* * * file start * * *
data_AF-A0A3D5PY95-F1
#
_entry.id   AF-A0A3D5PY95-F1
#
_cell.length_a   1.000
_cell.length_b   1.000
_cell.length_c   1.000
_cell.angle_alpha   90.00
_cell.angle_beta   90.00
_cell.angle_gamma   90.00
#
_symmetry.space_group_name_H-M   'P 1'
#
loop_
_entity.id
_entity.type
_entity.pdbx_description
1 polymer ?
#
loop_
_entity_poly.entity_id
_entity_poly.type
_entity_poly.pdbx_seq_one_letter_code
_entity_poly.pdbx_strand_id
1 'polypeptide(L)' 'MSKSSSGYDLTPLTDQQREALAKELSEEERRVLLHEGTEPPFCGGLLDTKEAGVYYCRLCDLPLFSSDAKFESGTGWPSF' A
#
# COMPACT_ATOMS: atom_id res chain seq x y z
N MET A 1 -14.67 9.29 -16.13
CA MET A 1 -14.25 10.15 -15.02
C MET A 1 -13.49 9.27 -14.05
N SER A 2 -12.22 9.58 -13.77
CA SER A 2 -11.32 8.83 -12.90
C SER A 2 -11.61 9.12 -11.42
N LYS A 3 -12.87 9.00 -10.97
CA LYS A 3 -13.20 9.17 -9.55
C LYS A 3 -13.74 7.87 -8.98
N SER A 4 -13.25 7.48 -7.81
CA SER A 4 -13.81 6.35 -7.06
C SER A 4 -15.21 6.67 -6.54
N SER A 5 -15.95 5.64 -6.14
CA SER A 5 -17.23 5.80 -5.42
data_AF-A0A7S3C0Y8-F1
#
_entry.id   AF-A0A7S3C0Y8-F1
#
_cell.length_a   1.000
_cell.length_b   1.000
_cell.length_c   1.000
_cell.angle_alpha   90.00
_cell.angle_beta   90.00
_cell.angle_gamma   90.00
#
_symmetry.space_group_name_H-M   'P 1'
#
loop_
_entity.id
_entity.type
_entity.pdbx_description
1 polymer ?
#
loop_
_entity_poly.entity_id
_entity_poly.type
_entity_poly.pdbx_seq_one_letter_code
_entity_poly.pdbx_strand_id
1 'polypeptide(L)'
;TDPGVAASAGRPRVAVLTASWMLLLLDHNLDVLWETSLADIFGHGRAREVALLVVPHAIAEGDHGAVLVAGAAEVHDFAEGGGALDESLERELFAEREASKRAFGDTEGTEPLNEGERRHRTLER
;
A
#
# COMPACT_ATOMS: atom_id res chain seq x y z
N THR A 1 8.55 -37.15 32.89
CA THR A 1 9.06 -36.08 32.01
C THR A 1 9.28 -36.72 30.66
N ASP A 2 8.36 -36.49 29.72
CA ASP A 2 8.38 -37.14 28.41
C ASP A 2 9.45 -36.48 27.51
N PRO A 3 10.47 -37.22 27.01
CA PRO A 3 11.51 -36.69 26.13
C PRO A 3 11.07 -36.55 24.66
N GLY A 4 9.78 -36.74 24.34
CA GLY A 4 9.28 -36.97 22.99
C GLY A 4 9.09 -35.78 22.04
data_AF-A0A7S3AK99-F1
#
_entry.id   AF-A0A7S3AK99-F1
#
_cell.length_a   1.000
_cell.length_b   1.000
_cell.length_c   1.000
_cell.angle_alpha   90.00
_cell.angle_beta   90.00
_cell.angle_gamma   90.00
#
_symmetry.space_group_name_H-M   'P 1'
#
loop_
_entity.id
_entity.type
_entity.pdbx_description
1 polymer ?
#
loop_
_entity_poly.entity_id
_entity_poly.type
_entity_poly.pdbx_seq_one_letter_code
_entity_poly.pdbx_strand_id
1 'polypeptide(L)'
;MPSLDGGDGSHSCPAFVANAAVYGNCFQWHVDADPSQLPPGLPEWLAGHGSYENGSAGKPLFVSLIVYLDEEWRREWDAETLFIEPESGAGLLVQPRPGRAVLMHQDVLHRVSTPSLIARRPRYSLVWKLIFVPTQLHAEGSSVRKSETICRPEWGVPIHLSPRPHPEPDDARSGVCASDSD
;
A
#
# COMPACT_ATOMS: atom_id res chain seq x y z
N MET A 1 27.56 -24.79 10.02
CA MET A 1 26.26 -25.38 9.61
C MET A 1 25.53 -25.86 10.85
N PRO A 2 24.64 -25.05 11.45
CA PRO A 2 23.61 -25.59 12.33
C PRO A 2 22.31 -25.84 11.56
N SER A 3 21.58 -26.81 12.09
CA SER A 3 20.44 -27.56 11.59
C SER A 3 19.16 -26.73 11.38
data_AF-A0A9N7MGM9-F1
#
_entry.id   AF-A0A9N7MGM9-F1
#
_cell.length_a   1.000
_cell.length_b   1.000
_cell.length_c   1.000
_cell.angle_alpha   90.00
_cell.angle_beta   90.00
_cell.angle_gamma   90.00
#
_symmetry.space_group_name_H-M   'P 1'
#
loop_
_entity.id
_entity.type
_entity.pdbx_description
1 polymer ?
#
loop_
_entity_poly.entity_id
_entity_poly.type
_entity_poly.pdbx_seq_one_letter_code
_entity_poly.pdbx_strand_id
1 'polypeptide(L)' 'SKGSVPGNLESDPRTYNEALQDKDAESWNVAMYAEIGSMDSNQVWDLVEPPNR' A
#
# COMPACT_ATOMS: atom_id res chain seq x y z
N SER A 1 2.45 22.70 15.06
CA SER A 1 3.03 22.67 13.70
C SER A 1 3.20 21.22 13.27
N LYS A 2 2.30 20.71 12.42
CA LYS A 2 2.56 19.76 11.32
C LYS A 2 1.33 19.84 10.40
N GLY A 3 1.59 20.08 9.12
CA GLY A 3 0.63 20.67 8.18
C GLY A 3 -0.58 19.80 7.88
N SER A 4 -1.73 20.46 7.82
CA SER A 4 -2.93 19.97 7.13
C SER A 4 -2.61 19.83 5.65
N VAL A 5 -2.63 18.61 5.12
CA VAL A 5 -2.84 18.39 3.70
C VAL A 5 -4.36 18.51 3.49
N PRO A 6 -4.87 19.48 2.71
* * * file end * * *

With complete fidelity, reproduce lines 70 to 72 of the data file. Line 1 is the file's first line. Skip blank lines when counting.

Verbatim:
#
# COMPACT_ATOMS: atom_id res chain seq x y z
N THR A 1 8.55 -37.15 32.89